Nurse Keith: When Nurses Volunteer

When hurricanes and tornadoes come storming through cities and towns, you know that nurses are there to pitch in. If refugees need housing, food, and medical care, nurses are in the trenches doing what needs to be done. And when a potential pandemic means that thousands of people need to be vaccinated, nurses show up and take charge.

Most nurses have volunteerism in their blood – nurses step up to the plate whenever they’re needed. Whether it’s flying to Yemen with Doctors Without Borders or staffing the first aid tent at a breast cancer walkathon, nurses use their skills, knowledge, and expertise in the service of others.

Volunteering as service

Nursing is based on the magic of the nurse-patient relationship. In reality, the nurse’s “patient” can be either an individual or an entire group. For example, the patient may be a local elder needing first aid in the aftermath of a tornado. The “patient” can also be an entire community in need of a nurse’s assessment and triage skills in order to determine how the delivery of essential care will be prioritized during a disaster.

Checking vital signs or providing care at a local soup kitchen is as viable a form of service as assisting with eye surgeries in a rural Jamaican hospital for three weeks each winter.

Volunteerism can happen in a formal setting such as a mission to another country for a specific medical purpose. On the other hand, nurses often act individually as good Samaritans by assisting others in urgent and unexpected situations. A nurse may stop to provide first aid at the scene of a car accident or perform the Heimlich maneuver on a choking customer at a restaurant.

The career-building power of volunteerism

While volunteering feels good and results in very positive contributions to communities and society at large, it is also an excellent career-building tool for nurses or nursing students at any stage of their careers or education.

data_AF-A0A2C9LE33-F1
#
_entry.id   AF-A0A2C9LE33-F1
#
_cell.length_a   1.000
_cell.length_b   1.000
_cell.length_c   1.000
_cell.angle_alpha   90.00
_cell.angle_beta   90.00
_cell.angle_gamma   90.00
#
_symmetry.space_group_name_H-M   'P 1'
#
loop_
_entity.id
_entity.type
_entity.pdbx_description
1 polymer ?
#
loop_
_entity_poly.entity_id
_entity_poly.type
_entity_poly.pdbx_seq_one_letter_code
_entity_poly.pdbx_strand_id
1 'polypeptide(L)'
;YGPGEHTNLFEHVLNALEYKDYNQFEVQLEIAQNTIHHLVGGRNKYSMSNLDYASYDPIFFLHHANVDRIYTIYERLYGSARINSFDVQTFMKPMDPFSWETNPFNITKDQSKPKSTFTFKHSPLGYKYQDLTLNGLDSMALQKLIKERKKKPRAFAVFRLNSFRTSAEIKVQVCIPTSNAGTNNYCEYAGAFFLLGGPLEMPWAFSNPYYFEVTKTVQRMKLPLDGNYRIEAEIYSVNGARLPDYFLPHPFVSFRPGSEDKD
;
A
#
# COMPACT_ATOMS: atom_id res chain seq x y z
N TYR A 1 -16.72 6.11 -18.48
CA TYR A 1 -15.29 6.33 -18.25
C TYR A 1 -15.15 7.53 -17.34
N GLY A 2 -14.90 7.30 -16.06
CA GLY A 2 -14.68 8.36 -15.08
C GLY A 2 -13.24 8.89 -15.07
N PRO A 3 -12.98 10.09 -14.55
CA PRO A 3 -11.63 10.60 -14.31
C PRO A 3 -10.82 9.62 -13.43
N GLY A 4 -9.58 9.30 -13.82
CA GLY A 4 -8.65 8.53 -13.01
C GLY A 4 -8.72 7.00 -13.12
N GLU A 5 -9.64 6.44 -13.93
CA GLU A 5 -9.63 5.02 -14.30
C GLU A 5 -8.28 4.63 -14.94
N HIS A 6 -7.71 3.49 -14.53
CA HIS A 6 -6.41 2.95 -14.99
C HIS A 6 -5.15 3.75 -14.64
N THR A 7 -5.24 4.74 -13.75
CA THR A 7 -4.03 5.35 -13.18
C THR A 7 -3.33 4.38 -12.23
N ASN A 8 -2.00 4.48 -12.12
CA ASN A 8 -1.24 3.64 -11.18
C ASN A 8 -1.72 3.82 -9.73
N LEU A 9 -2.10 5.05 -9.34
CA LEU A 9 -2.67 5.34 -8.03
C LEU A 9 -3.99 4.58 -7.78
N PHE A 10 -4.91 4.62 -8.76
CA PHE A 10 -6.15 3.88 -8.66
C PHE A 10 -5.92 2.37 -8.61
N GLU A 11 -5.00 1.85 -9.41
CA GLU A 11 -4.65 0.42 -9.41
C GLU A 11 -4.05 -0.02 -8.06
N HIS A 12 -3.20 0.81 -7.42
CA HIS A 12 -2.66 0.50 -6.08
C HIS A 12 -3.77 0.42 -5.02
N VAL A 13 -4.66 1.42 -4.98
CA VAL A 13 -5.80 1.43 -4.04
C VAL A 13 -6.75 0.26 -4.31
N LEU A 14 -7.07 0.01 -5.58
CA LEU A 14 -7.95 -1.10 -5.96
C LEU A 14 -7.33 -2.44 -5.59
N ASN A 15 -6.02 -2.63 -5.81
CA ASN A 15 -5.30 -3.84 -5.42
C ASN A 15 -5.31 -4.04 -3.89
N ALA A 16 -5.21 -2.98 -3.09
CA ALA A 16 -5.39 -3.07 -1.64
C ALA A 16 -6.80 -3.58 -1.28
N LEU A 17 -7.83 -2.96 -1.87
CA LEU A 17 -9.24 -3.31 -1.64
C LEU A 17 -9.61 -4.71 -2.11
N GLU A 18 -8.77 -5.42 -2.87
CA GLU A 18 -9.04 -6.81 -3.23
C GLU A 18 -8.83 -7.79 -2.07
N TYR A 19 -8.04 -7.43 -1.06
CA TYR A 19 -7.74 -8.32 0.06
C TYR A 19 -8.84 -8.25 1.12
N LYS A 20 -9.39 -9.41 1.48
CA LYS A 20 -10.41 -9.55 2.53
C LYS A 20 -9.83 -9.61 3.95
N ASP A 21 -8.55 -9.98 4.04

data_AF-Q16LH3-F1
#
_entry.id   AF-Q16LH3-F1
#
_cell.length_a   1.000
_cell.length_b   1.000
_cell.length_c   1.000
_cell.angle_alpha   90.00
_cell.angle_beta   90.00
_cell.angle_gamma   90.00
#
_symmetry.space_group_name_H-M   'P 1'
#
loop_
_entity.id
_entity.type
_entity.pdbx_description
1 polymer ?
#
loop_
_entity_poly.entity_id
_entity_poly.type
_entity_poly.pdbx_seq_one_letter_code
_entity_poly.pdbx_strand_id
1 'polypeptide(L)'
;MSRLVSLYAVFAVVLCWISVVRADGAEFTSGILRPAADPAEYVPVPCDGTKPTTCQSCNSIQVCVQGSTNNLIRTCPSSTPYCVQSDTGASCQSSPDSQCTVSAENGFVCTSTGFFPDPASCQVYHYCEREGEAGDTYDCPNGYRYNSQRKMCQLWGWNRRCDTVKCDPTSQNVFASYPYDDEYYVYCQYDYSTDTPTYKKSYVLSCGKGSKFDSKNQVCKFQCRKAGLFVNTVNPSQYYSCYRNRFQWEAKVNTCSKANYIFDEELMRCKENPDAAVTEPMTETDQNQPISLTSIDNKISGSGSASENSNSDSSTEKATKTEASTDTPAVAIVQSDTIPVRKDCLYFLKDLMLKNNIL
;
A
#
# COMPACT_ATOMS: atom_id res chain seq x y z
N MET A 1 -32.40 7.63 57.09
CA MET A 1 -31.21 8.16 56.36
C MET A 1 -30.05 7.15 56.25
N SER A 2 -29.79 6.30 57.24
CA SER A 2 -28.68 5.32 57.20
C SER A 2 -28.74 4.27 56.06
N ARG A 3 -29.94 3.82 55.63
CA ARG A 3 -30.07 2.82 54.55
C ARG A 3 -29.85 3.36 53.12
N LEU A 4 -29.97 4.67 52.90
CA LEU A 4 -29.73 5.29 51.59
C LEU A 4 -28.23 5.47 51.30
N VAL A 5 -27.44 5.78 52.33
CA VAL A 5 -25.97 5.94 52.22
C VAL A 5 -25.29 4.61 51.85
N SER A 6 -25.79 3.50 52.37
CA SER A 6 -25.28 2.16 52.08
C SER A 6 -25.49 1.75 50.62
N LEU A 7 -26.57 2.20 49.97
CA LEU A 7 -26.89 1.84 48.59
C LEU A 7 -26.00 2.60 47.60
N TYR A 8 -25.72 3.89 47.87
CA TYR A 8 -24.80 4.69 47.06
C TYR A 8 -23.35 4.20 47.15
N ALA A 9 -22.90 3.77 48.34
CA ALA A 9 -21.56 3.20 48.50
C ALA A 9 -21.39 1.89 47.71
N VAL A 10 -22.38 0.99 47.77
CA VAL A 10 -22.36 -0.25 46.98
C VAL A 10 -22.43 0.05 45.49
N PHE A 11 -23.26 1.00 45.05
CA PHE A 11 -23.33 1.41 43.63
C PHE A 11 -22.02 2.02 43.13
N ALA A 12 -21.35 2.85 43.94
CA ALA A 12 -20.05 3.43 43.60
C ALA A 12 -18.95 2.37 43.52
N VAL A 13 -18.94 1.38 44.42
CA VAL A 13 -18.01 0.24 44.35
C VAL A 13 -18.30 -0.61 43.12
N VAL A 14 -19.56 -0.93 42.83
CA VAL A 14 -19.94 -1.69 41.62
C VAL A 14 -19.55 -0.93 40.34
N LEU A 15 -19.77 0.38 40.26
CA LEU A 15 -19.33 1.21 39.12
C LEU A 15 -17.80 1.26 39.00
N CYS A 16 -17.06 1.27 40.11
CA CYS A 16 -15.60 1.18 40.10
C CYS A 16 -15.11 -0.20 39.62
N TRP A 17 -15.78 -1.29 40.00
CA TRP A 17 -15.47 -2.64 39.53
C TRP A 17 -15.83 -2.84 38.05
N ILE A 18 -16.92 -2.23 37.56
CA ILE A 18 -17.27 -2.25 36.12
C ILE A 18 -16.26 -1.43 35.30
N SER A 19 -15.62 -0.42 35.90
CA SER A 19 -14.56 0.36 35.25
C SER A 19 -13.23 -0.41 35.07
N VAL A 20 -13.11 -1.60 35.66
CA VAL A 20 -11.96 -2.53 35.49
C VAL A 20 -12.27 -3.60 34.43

Having significant volunteer activities on a nursing resume demonstrates one’s values and community involvement, as well as a nurse’s passions and interests. A history of volunteering with the local homeless or in war-torn countries says something about the nurse in question.

There is great value in volunteering in terms of networking and meeting like-minded colleagues and peers. When taking part in large-scale efforts (for example: hurricane response or mass casualty situations), healthcare professionals work side by side under stressful circumstances. Strong bonds can be formed in such situations, and these relationships can lead to long-term relationships, mutual support, and camaraderie.

When in nursing school at any level, volunteer activities keep the nursing student engaged with the community while demonstrating how the nurse thinks beyond his or her own needs even while pursuing educational goals.

Peers and leaders from a nurse’s volunteer activities can be strong professional references, as well as reliable sources of information and advice in times of career transition. Letters of recommendation from a supervising physician with Doctors Without Borders or the American Red Cross can be a powerful part of a nurse’s professional portfolio.

Volunteerism is power

Volunteerism provides both personal and professional empowerment. Helping others is good for the soul, and documenting one’s volunteer activities is great for professional development and showing a well-rounded nursing career.

Nurses are at the heart of much volunteerism around the world for a reason, and any nurse can benefit in myriad ways from such powerful acts of selfless service.

Keith Carlson, RN, BSN, NC-BC is a holistic career coach for nurses, award-winning nurse blogger, writer, podcaster, speaker, consultant, author, and popular career columnist. With two decades of nursing experience, Keith deeply understands the issues faced by 21st-century nurses. Keith’s two podcasts, RNFM Radio and The Nurse Keith Show, offer inspiration and practical support to nurses seeking to create meaningful, satisfying lives and careers. Keith’s message of savvy career management and professional satisfaction reaches tens of thousands of nurses worldwide. He can be found at NurseKeith.com.

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